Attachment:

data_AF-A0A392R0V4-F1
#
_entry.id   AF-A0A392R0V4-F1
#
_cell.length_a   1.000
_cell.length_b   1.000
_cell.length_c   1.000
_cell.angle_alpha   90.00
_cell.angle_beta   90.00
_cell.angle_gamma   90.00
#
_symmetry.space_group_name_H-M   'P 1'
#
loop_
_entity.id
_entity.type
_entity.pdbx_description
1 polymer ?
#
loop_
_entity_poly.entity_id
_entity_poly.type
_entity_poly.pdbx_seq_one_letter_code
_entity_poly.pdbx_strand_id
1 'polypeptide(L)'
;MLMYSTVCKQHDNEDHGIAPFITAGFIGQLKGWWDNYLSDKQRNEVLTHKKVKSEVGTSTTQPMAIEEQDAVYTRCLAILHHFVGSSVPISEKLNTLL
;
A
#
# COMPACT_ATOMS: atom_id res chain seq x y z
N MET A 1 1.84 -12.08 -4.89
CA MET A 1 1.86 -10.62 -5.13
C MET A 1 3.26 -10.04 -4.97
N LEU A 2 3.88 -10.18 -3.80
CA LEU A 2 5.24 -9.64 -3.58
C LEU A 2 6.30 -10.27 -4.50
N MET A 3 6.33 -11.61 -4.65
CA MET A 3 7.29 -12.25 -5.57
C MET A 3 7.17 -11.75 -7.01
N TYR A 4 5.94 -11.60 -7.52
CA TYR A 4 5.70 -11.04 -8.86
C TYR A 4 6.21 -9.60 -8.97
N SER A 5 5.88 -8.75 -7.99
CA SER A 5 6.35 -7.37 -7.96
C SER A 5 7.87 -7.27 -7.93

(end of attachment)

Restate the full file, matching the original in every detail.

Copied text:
data_AF-A0A392R0V4-F1
#
_entry.id   AF-A0A392R0V4-F1
#
_cell.length_a   1.000
_cell.length_b   1.000
_cell.length_c   1.000
_cell.angle_alpha   90.00
_cell.angle_beta   90.00
_cell.angle_gamma   90.00
#
_symmetry.space_group_name_H-M   'P 1'
#
loop_
_entity.id
_entity.type
_entity.pdbx_description
1 polymer ?
#
loop_
_entity_poly.entity_id
_entity_poly.type
_entity_poly.pdbx_seq_one_letter_code
_entity_poly.pdbx_strand_id
1 'polypeptide(L)'
;MLMYSTVCKQHDNEDHGIAPFITAGFIGQLKGWWDNYLSDKQRNEVLTHKKVKSEVGTSTTQPMAIEEQDAVYTRCLAILHHFVGSSVPISEKLNTLL
;
A
#
# COMPACT_ATOMS: atom_id res chain seq x y z
N MET A 1 1.84 -12.08 -4.89
CA MET A 1 1.86 -10.62 -5.13
C MET A 1 3.26 -10.04 -4.97
N LEU A 2 3.88 -10.18 -3.80
CA LEU A 2 5.24 -9.64 -3.58
C LEU A 2 6.30 -10.27 -4.50
N MET A 3 6.33 -11.61 -4.65
CA MET A 3 7.29 -12.25 -5.57
C MET A 3 7.17 -11.75 -7.01
N TYR A 4 5.94 -11.60 -7.52
CA TYR A 4 5.70 -11.04 -8.86
C TYR A 4 6.21 -9.60 -8.97
N SER A 5 5.88 -8.75 -7.99
CA SER A 5 6.35 -7.37 -7.96
C SER A 5 7.87 -7.27 -7.93